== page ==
Abstract

D-type cyclins (D1, D2 and D3) and their associated cyclin-dependent kinases (CDK4 and CDK6) are components of the core cell cycle machinery that drives cell proliferation1,2. Inhibitors of CDK4 and CDK6 are currently being tested in clinical trials for patients with several cancer types, with promising results2. Here, using human cancer cells and patient-derived xenografts in mice, we show that the cyclin D3–CDK6 kinase phosphorylates and inhibits the catalytic activity of two key enzymes in the glycolytic pathway, 6-phosphofructokinase and pyruvate kinase M2. This re-directs the glycolytic intermediates into the pentose phosphate (PPP) and serine pathways. Inhibition of cyclin D3–CDK6 in tumour cells reduces flow through the PPP and serine pathways, thereby depleting the antioxidants NADPH and glutathione. This, in turn, increases the levels of reactive oxygen species and causes apoptosis of tumour cells. The pro-survival function of cyclin D-associated kinase operates in tumours expressing high levels of cyclin D3–CDK6 complexes. We propose that measuring the levels of cyclin D3–CDK6 in human cancers might help to identify tumour subsets that undergo cell death and tumour regression upon inhibition of CDK4 and CDK6. Cyclin D3–CDK6, through its ability to link cell cycle and cell metabolism, represents a particularly powerful oncoprotein that affects cancer cells at several levels, and this property can be exploited for anti-cancer therapy.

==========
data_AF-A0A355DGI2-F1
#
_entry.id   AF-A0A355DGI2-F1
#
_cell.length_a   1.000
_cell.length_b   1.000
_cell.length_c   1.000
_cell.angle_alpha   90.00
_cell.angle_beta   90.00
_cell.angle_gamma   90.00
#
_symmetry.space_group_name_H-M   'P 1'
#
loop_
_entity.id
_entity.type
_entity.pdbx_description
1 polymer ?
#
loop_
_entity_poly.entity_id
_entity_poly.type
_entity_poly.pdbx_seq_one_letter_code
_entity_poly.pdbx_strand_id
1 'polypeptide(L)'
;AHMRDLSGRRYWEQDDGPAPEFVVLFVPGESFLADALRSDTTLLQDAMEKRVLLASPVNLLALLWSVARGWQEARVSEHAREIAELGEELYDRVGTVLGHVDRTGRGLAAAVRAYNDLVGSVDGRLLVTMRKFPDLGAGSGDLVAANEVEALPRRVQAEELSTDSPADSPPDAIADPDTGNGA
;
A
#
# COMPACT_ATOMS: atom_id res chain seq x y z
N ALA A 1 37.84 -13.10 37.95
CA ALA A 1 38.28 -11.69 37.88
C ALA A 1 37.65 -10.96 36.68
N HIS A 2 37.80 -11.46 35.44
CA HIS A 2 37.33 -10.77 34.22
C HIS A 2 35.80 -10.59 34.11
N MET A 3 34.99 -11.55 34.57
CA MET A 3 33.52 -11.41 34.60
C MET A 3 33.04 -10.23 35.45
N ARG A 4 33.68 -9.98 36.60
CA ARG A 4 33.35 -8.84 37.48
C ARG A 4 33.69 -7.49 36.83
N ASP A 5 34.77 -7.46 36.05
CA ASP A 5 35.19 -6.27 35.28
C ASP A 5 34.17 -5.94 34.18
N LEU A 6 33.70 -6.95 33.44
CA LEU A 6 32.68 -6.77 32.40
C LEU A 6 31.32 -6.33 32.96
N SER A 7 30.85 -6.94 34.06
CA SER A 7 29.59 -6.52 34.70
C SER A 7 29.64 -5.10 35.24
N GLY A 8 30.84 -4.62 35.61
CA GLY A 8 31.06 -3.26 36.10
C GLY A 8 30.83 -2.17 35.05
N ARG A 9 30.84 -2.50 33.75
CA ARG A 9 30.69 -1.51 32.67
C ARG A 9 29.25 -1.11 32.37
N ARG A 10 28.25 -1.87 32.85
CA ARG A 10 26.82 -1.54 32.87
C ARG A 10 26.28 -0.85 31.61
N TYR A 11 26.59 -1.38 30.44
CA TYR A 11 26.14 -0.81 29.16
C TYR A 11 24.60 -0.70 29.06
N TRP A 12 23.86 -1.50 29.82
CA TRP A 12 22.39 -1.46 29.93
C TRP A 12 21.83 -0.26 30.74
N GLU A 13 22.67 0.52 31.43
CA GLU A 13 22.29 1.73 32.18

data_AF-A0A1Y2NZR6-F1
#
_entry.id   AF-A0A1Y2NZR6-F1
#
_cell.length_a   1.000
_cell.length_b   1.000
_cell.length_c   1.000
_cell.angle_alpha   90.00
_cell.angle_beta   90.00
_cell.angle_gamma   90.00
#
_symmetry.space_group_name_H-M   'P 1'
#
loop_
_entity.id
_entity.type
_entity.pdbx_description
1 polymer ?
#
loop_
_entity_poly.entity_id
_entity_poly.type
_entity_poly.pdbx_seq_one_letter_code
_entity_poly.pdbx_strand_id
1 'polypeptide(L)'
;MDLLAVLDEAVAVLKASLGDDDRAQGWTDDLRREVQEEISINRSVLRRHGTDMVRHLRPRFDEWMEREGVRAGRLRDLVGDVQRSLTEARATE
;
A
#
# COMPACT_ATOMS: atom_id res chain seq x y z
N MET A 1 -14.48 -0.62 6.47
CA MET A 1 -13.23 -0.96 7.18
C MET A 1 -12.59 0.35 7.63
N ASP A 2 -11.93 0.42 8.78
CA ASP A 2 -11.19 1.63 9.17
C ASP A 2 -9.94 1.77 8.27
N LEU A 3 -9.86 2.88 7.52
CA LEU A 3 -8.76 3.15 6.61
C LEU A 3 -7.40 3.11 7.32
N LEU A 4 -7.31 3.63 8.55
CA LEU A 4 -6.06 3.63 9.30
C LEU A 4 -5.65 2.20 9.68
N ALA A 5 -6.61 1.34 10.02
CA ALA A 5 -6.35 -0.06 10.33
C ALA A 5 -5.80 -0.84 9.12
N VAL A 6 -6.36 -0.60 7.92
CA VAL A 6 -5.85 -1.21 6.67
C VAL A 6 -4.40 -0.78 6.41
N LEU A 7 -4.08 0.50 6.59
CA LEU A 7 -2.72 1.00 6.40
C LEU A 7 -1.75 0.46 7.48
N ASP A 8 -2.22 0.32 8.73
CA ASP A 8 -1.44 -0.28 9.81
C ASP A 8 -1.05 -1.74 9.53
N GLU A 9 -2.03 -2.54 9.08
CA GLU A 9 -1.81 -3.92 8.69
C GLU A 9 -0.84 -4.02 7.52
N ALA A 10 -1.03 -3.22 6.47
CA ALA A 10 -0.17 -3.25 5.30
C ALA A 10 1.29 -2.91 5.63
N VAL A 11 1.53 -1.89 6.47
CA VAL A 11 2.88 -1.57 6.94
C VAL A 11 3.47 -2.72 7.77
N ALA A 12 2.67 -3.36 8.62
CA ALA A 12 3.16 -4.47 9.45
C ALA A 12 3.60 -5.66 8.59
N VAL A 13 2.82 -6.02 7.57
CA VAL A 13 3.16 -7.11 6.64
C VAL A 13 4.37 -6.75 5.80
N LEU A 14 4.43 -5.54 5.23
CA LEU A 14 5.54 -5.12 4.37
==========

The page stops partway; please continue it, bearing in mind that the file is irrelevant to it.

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Acknowledgements

Supported by R01 CA083688, R01 CA202634, P01 CA080111 (P.S.), R01 CA163698 (N.J.D.) and F32 CA165856 (B.N.N.). N.J.D. is a James and Shirley Curvey MGH Research Scholar. X.G. was supported by an NIH post-doc training grant (T32CA009361) and NIH grant P50 CA090381-14 (DF/HCC SPORE in Prostate Cancer). J.M.S. was supported by a Mobilnos´c´ Plus fellowship. We thank M. Eck, J. Daly, P. Hydbring, T. Otto, W. Michowski and I. Harris for help.

Author information

Affiliations

  1. Department of Cancer Biology, Dana-Farber Cancer Institute, Boston, Massachusetts 02215, USA

    • Haizhen Wang
    • , Xueliang Gao
    • , Yan Geng
    • , Hong Ren
    • , Jan M. Suski
    • , Thomas M. Roberts
    •  & Piotr Sicinski
  2. Department of Genetics, Harvard Medical School, Boston, Massachusetts 02115, USA

    • Haizhen Wang
    • , Yan Geng
    • , Hong Ren
    • , Jan M. Suski
    •  & Piotr Sicinski
  3. Massachusetts General Hospital Cancer Center, Charlestown, Massachusetts 02129, USA

    • Brandon N. Nicolay
    •  & Nicholas J. Dyson
  4. Department of Cell Biology, Harvard Medical School, Boston, Massachusetts 02115, USA

    • Joel M. Chick
    •  & Steven P. Gygi
  5. Department of Biological Chemistry and Molecular Pharmacology, Harvard Medical School, Boston, Massachusetts 02115, USA

    • Xueliang Gao
    •  & Thomas M. Roberts
  6. Novartis Institutes for Biomedical Research, Cambridge, Massachusetts 02139, USA

    • Hui Gao
    • , Guizhi Yang
    •  & Juliet A. Williams